the Safe Motherhood Initiative, adopted by WHO, the United Nations Development Programme
(UNDP), the United Nations Population Fund (UNFPA), and the United Nations Children's Fund
(UNICEF) in 1987. Many countries report that the increased provision and improvement of
existing maternity services at all levels of the health system is the most effective means
of reducing maternal mortality. In addition, quality reproductive-health-care services,
including family planning, together with good primary health care represent important
interventions. Many countries report increments in health care to address the matter of
maternal mortality. Several reports mention a national programme for maternal health, with
campaigns on reproductive health and family planning. Several countries report the
inclusion in their expanded programmes of immunization of antitetanus campaigns.
44. Fertility levels, measured by the total fertility rate, have continued their
tendency to decline in all regions. World fertility fell by 10.5 per cent, from 3.8 to 3.4
births per woman, between the periods 1975-1980 and 1985-1990. The total fertility rate
varied from 8.5 (the highest) in Rwanda, to 1.27 (the lowest), in Italy.
45. Sub-Saharan Africa is the only region of the developing world that has not yet
undergone a widespread decline in fertility. A decline has started in three countries of
the area: Botswana, Kenya and Zimbabwe. Ethiopia reports a fertility rate of 7.5 births
per woman in 1992.
46. The total fertility rate continued to decline in all subregions of Asia and the
Pacific throughout the post-Nairobi Conference era. Between 1985 and 1992, it dropped from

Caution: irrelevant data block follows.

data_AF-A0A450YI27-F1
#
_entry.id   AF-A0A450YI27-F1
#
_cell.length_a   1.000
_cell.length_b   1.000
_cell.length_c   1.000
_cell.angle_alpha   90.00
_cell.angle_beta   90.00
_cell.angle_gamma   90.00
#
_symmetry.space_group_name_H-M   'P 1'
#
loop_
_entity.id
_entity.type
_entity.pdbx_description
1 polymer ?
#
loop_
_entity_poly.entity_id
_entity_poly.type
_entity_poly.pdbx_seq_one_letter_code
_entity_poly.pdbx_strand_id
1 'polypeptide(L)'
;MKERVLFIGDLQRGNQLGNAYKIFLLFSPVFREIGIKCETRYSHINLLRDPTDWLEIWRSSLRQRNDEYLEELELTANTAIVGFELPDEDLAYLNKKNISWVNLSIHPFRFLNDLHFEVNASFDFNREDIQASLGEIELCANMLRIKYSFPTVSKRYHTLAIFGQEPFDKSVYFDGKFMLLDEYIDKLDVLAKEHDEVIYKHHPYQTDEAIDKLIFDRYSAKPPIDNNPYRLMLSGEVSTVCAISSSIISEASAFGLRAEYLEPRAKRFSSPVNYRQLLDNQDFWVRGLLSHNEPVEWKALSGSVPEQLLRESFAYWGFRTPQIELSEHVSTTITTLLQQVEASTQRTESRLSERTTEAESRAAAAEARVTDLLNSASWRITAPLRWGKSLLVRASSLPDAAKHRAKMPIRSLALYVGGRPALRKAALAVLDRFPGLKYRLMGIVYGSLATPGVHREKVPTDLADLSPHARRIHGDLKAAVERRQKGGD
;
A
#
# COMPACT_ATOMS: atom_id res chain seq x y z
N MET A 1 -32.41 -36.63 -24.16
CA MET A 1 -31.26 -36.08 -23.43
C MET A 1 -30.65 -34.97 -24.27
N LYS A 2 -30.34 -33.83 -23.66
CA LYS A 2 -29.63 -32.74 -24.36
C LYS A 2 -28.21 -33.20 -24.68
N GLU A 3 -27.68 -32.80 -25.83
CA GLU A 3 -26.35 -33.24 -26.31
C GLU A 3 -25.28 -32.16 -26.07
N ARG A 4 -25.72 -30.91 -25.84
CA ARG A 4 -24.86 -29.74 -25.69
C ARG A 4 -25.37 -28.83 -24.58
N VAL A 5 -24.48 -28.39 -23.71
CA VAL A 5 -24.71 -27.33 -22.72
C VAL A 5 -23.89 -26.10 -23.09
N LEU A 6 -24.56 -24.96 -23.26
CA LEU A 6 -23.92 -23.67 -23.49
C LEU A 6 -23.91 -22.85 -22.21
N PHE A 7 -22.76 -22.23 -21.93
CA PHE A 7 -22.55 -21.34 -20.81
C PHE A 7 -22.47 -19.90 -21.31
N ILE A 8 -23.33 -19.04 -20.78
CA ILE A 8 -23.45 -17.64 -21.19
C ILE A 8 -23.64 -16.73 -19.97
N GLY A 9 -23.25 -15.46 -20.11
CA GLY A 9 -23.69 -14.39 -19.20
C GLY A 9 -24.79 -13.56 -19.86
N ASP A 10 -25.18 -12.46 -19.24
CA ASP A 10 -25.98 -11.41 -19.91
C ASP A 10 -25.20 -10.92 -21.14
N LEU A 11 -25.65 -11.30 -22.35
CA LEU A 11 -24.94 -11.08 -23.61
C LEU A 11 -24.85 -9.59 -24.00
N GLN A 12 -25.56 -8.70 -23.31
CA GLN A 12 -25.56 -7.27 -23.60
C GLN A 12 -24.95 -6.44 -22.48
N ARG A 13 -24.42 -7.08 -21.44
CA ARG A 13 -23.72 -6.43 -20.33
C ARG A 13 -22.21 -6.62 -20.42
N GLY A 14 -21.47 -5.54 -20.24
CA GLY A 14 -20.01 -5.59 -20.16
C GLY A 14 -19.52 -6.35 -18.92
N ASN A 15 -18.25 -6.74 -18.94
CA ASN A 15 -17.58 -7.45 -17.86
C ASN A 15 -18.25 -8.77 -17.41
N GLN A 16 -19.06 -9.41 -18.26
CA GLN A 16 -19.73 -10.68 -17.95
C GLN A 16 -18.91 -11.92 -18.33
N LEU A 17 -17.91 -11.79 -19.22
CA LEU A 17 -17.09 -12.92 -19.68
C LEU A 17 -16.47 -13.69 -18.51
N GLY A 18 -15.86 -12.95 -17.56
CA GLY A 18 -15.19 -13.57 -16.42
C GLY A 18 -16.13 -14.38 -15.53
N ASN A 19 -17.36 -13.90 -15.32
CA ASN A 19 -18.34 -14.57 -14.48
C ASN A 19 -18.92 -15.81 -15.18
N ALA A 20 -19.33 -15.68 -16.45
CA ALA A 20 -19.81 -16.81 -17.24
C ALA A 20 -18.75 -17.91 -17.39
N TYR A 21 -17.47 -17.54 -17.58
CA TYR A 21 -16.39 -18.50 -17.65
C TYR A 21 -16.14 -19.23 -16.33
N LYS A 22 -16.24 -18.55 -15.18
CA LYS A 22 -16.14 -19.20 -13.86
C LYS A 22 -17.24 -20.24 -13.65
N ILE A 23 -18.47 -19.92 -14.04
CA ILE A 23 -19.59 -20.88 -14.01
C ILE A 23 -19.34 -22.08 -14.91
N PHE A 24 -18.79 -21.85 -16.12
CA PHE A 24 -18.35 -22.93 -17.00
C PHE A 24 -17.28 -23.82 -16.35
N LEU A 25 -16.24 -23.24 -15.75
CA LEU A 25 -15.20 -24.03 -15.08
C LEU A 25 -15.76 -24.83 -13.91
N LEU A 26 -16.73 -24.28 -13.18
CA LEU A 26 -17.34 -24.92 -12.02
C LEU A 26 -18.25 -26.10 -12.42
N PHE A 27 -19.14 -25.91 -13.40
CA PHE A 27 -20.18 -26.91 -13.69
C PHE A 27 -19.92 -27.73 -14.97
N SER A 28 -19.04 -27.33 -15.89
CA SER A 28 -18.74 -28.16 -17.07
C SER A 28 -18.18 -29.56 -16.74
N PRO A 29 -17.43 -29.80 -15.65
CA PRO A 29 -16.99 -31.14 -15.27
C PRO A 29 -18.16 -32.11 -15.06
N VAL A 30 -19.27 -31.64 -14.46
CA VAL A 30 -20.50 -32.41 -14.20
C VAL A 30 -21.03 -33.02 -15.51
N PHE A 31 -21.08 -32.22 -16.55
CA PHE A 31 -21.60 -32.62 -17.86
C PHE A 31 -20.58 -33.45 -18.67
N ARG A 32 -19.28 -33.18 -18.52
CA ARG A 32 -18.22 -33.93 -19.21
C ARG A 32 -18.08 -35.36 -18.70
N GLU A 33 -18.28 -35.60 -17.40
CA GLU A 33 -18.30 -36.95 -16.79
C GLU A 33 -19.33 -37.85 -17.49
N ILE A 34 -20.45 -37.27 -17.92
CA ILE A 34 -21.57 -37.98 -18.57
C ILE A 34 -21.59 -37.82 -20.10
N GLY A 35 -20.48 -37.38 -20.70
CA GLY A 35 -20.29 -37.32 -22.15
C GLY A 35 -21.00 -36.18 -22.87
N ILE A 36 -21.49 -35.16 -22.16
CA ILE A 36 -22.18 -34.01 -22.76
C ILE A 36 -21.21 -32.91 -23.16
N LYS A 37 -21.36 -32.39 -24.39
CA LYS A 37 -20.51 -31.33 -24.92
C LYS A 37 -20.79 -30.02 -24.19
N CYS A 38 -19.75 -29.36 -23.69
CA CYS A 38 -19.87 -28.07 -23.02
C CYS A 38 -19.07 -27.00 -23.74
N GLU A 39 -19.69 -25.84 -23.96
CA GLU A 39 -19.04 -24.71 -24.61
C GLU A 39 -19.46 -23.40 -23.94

2.42 to 2.19 in developing East Asia and from 3.69 to 3.37 in South-East Asia. In South
Asia, it fell from 4.71 to 4.36 and in the Pacific Islands, from 4.92 to 4.61. The
developed countries of the region, namely, Australia, Japan and New Zealand, which had
already achieved a total fertility rate of 1.71 by 1985, experienced a further decline to
1.56, by 1992.
47. In the Caribbean, many countries have experienced nearly a 50 per cent drop, from
about 6.0 to 3.0, in total fertility rate levels within the last 30 years, and the rate is
expected to decline further in the next decade. 48. Although fertility rates have gone
down world wide, many women still lack access to information and services, or cannot make
use of them because of economic limitations or cultural norms. Only 27 per cent of couples
use contraception; 140 million women in developing countries become pregnant although they
did not want a child. Every year, over 20 million women terminate unwanted pregnancies
through unsafe abortions, as a result of lack of access to relevant care and services such
as family planning, costly contraceptive methods, lack of information, and restrictive
legislative practices. Of these, 15 million survive, but with a wide range of long-term
disabilities. Some 60,000-100,000 die.
49. One country reports that in 1992, for the first time since the introduction of
family planning, the gender-differential participation ratio became 55 to 45 in favour of
men, owing to a broader public awareness of the relative seriousness of the side-effects
of contraceptive measures taken by women. Some countries consider that with respect to
utilization of contraceptives, universal coverage has been reached: only 4 per cent of
sexually active women are without any such coverage. The protection and monitoring of
maternity programmes have been further reinforced in the last years. One country reports
the establishment of family counselling services, with a counsellor-to-woman ratio of
7. Cervical cancer and sexually transmitted diseases
50. Cancers of all types among women are increasing. Those affecting women more
frequently in both developed and developing countries are stomach cancer, breast cancer,
cervical cancer and colorectal cancer.
51. Cervical cancer is the most common form of cancer in women in most developing